Mineralogic Alteration History and Paleohydrology at Yucca Mountain, Nevadaby Schon S. Levy, Los Alamos Natl Lab, Los Alamos, United States,
Document Type: Proceeding Paper
Part of: High Level Radioactive Waste Management 1991
Abstract: The importance of paleohydrology to the Yucca Mountain Site Characterization Project derives from the role water will play in radioactive-waste repository performance. Changes in hydrologic conditions during the lifetime of the repository may be estimated by investigating past hydrologic variations, including changes in the static water-level position. Based on the distribution of vitric and zeolitized tuffs and the structural history of the site, the highest water levels were reached and receded downward 11.6 to 12.8 myr ago. Since that time, the water level at central Yucca Mountain has probably not risen more than about 60 m above its present position. The history of the high potentiometric gradient running through northern Yucca Mountain may be partly elucidated by the study of tridymite distribution in rocks that have experienced saturated conditions for varying periods of time.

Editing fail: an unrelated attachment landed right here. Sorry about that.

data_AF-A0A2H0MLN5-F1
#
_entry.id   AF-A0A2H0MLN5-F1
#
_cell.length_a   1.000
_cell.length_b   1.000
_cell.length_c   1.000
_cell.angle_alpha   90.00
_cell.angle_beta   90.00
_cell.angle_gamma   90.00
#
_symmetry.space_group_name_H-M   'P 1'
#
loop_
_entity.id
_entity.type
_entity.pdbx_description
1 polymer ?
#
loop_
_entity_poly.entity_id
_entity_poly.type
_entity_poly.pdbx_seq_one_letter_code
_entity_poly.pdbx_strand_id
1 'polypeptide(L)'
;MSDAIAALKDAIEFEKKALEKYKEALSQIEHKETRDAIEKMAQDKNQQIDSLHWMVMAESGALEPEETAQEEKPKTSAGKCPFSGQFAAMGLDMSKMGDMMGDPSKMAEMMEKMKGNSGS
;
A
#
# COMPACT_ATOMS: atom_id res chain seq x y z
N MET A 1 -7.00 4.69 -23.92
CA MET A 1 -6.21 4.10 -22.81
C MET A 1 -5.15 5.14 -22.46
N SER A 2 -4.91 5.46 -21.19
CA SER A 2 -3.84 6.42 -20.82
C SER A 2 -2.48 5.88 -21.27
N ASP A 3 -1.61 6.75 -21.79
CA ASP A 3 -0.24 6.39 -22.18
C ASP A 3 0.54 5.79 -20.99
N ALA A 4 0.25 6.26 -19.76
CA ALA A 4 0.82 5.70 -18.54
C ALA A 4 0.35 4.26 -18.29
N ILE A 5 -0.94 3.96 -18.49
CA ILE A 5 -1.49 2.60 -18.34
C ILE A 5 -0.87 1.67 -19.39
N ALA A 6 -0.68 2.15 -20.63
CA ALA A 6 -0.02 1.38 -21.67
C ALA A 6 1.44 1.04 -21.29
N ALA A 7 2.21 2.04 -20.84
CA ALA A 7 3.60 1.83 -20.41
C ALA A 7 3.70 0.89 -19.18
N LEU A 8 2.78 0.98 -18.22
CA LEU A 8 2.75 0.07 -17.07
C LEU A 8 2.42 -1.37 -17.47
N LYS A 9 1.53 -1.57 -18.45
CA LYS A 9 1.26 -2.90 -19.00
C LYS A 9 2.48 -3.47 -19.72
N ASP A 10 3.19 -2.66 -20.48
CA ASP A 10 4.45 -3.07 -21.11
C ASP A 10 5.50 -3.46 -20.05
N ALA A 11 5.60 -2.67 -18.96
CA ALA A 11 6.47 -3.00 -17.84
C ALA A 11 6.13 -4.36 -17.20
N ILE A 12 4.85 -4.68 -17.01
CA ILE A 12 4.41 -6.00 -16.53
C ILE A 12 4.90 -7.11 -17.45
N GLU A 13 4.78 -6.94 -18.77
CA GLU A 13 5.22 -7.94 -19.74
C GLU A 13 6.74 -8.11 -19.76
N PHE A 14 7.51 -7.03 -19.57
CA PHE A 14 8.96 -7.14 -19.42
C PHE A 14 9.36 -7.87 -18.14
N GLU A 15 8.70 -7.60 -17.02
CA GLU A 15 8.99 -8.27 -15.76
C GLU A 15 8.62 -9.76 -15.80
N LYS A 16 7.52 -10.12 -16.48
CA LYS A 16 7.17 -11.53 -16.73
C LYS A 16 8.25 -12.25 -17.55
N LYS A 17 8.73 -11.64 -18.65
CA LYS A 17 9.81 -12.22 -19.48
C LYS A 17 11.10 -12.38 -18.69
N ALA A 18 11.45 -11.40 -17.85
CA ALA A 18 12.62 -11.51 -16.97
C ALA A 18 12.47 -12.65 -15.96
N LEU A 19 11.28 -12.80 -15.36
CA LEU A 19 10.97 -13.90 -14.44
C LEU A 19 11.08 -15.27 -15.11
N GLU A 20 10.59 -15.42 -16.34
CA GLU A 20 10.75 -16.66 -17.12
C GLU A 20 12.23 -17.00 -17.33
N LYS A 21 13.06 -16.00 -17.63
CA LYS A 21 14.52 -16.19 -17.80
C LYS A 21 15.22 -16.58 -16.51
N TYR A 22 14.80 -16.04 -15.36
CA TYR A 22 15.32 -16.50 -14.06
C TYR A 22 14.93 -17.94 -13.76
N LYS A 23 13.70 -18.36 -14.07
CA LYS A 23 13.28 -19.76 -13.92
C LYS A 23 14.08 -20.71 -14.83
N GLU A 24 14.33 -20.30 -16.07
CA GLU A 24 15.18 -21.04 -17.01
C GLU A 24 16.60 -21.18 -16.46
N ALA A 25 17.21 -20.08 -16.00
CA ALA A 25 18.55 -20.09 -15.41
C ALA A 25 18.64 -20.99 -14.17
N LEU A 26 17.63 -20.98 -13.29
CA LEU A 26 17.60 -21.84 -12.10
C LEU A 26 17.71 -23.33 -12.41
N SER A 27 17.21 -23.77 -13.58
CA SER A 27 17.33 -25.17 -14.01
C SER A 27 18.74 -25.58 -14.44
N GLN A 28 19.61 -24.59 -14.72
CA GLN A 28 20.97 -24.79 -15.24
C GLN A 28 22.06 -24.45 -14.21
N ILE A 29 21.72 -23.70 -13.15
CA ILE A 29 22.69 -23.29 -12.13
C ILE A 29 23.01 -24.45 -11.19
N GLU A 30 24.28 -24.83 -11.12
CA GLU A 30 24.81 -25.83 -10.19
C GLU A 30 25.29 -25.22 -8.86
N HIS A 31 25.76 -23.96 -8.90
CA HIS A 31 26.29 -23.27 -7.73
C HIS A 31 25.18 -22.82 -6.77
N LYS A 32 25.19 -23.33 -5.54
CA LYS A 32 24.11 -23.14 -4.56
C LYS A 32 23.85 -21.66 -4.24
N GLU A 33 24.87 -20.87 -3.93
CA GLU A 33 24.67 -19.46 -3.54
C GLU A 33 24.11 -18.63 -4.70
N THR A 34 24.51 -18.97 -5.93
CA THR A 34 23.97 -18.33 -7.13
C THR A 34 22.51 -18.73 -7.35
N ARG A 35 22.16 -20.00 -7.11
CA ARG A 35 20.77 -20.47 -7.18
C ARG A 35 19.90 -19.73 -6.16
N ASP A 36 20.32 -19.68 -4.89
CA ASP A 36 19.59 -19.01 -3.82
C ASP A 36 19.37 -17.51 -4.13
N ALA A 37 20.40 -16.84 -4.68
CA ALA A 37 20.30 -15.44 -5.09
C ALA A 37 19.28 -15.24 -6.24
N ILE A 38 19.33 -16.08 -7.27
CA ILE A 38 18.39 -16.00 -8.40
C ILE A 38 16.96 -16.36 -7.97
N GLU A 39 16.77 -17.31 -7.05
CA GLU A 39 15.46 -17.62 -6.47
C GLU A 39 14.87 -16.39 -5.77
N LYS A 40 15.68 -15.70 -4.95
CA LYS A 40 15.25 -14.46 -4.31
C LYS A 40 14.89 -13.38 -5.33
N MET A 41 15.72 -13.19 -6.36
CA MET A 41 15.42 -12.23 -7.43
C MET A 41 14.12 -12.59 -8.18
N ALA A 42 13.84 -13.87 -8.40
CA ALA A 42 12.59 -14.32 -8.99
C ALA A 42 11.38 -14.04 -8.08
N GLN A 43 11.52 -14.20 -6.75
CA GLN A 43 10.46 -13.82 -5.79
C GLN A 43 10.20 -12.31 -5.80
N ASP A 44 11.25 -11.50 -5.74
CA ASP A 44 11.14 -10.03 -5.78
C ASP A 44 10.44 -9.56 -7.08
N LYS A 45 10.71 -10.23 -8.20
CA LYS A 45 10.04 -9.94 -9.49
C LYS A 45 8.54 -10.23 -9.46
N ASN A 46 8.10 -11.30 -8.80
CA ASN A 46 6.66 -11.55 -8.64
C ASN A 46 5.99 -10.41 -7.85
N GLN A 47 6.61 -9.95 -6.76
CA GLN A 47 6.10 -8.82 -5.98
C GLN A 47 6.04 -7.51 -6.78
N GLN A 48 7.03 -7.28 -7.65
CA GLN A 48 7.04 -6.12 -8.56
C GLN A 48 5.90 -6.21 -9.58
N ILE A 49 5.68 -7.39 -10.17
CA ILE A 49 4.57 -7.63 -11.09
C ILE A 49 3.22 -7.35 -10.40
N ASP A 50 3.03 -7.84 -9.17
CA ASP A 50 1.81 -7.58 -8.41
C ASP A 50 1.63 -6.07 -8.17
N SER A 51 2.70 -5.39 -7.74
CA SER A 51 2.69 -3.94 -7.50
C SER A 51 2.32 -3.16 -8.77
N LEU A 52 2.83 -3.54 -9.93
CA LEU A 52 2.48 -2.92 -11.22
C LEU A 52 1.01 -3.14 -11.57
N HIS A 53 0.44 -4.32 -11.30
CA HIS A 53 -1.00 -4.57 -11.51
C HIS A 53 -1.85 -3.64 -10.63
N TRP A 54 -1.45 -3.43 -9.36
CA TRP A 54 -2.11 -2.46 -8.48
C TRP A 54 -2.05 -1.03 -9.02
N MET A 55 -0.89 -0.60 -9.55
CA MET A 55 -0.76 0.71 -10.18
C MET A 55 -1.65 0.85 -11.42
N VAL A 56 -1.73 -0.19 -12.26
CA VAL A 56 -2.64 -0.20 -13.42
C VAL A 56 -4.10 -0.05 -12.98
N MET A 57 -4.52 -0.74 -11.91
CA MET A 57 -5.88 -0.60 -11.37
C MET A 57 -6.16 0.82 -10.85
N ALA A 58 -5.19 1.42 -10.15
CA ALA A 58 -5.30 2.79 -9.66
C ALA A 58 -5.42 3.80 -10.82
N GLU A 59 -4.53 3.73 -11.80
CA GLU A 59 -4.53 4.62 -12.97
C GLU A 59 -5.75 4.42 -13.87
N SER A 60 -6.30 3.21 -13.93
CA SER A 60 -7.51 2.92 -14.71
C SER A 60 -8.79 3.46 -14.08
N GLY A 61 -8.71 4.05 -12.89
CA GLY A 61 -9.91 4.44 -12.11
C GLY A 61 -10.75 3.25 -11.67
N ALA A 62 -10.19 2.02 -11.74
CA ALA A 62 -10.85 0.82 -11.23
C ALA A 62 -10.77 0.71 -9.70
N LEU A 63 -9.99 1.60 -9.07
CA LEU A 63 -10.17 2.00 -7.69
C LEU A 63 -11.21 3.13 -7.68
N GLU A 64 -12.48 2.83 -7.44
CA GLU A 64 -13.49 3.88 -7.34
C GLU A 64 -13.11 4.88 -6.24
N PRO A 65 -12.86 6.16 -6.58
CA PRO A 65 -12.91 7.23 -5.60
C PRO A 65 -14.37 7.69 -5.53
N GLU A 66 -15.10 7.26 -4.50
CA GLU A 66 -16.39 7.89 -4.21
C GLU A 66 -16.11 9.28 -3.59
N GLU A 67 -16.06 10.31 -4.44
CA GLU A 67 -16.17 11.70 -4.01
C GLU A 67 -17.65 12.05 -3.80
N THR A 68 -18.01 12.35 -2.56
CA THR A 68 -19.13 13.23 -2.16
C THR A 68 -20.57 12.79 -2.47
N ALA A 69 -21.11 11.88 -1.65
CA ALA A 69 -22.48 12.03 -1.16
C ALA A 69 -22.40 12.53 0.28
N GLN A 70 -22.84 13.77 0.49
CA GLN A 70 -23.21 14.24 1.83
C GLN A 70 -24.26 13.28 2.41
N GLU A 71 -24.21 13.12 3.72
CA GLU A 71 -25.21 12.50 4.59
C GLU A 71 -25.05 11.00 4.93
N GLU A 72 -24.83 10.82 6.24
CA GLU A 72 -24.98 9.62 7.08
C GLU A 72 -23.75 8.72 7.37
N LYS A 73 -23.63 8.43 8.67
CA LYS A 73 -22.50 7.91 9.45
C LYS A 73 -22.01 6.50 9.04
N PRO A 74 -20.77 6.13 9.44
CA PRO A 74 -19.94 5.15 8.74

Subject Headings: Radioactive wastes | History | Water level | Hydrology | Rocks | Statics (mechanics) | Nevada | North America | United States
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